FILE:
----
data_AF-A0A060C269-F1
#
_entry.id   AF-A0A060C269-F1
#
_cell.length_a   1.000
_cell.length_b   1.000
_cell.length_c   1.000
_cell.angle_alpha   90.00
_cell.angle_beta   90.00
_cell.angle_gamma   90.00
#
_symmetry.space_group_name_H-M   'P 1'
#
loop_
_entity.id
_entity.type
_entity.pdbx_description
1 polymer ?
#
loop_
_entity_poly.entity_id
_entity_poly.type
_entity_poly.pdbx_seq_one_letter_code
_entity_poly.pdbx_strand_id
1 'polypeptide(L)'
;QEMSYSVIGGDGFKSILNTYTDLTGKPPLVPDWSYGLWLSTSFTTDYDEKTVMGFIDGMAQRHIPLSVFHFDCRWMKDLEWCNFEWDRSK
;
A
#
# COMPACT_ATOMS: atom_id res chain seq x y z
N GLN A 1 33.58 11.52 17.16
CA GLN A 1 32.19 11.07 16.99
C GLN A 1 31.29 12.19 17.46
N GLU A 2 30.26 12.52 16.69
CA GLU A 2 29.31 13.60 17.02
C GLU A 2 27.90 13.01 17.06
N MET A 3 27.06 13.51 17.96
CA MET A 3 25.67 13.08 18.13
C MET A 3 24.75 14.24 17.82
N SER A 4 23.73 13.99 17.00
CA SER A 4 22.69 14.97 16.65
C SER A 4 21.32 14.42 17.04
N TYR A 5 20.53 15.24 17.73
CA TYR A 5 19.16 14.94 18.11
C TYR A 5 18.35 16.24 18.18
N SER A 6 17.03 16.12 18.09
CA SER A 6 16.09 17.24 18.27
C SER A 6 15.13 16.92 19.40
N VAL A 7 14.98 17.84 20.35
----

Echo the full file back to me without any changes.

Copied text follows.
data_AF-A0A060C269-F1
#
_entry.id   AF-A0A060C269-F1
#
_cell.length_a   1.000
_cell.length_b   1.000
_cell.length_c   1.000
_cell.angle_alpha   90.00
_cell.angle_beta   90.00
_cell.angle_gamma   90.00
#
_symmetry.space_group_name_H-M   'P 1'
#
loop_
_entity.id
_entity.type
_entity.pdbx_description
1 polymer ?
#
loop_
_entity_poly.entity_id
_entity_poly.type
_entity_poly.pdbx_seq_one_letter_code
_entity_poly.pdbx_strand_id
1 'polypeptide(L)'
;QEMSYSVIGGDGFKSILNTYTDLTGKPPLVPDWSYGLWLSTSFTTDYDEKTVMGFIDGMAQRHIPLSVFHFDCRWMKDLEWCNFEWDRSK
;
A
#
# COMPACT_ATOMS: atom_id res chain seq x y z
N GLN A 1 33.58 11.52 17.16
CA GLN A 1 32.19 11.07 16.99
C GLN A 1 31.29 12.19 17.46
N GLU A 2 30.26 12.52 16.69
CA GLU A 2 29.31 13.60 17.02
C GLU A 2 27.90 13.01 17.06
N MET A 3 27.06 13.51 17.96
CA MET A 3 25.67 13.08 18.13
C MET A 3 24.75 14.24 17.82
N SER A 4 23.73 13.99 17.00
CA SER A 4 22.69 14.97 16.65
C SER A 4 21.32 14.42 17.04
N TYR A 5 20.53 15.24 17.73
CA TYR A 5 19.16 14.94 18.11
C TYR A 5 18.35 16.24 18.18
N SER A 6 17.03 16.12 18.09
CA SER A 6 16.09 17.24 18.27
C SER A 6 15.13 16.92 19.40
N VAL A 7 14.98 17.84 20.35